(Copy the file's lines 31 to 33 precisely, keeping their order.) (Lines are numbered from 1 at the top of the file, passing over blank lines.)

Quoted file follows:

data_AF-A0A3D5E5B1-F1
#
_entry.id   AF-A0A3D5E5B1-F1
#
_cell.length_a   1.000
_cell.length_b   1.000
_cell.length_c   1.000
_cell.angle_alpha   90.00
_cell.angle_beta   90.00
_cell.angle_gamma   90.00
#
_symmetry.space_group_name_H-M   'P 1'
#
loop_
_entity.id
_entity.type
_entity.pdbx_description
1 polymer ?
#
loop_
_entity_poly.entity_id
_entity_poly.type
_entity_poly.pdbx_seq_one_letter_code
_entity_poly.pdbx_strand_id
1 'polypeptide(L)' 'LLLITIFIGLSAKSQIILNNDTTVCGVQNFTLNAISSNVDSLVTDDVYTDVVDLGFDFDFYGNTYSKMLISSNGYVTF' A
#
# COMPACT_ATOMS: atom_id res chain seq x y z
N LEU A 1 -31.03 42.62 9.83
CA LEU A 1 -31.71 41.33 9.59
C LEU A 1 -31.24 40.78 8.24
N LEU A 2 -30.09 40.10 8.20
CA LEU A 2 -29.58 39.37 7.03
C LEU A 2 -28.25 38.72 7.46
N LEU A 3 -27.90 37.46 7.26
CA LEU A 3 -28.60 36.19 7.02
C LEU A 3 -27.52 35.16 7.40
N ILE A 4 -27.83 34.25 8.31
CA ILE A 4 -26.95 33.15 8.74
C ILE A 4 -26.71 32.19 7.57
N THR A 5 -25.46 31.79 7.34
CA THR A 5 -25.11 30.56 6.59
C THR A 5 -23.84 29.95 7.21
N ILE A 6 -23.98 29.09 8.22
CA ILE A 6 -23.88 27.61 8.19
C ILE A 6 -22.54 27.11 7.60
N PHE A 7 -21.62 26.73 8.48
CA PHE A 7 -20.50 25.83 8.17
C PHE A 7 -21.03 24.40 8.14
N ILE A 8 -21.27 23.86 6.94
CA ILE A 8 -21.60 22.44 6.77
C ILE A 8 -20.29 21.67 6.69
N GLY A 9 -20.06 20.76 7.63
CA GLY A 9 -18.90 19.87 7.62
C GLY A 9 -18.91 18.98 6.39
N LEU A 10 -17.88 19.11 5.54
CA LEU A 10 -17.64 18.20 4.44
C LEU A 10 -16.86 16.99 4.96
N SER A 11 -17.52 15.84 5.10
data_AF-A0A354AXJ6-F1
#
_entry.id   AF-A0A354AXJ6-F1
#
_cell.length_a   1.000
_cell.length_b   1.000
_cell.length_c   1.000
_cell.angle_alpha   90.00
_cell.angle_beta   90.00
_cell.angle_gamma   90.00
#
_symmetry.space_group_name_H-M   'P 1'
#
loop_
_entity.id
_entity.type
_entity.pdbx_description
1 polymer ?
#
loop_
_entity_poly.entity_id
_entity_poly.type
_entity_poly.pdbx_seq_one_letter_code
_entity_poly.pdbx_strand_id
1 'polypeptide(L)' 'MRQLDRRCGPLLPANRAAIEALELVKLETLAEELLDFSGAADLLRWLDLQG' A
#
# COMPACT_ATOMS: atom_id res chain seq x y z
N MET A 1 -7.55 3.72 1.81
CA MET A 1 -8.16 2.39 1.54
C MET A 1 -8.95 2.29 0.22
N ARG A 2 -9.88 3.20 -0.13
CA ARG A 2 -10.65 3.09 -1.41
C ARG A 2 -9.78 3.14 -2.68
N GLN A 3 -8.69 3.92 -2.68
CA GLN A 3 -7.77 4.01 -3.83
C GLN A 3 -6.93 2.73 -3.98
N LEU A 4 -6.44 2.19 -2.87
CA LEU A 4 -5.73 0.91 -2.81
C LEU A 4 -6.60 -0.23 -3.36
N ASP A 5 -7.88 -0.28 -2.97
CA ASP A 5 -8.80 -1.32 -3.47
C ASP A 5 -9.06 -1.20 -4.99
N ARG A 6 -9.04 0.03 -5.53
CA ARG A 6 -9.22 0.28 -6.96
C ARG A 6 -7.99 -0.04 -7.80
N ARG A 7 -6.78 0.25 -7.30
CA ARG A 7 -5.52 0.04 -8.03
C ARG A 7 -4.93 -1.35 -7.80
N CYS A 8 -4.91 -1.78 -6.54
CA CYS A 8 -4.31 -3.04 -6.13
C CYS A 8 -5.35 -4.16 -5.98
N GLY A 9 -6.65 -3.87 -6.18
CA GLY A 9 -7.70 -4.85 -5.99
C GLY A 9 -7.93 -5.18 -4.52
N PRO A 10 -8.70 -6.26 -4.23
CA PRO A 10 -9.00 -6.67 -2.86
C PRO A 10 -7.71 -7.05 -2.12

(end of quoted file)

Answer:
N LEU A 2 -30.09 40.10 8.20
CA LEU A 2 -29.58 39.37 7.03
C LEU A 2 -28.25 38.72 7.46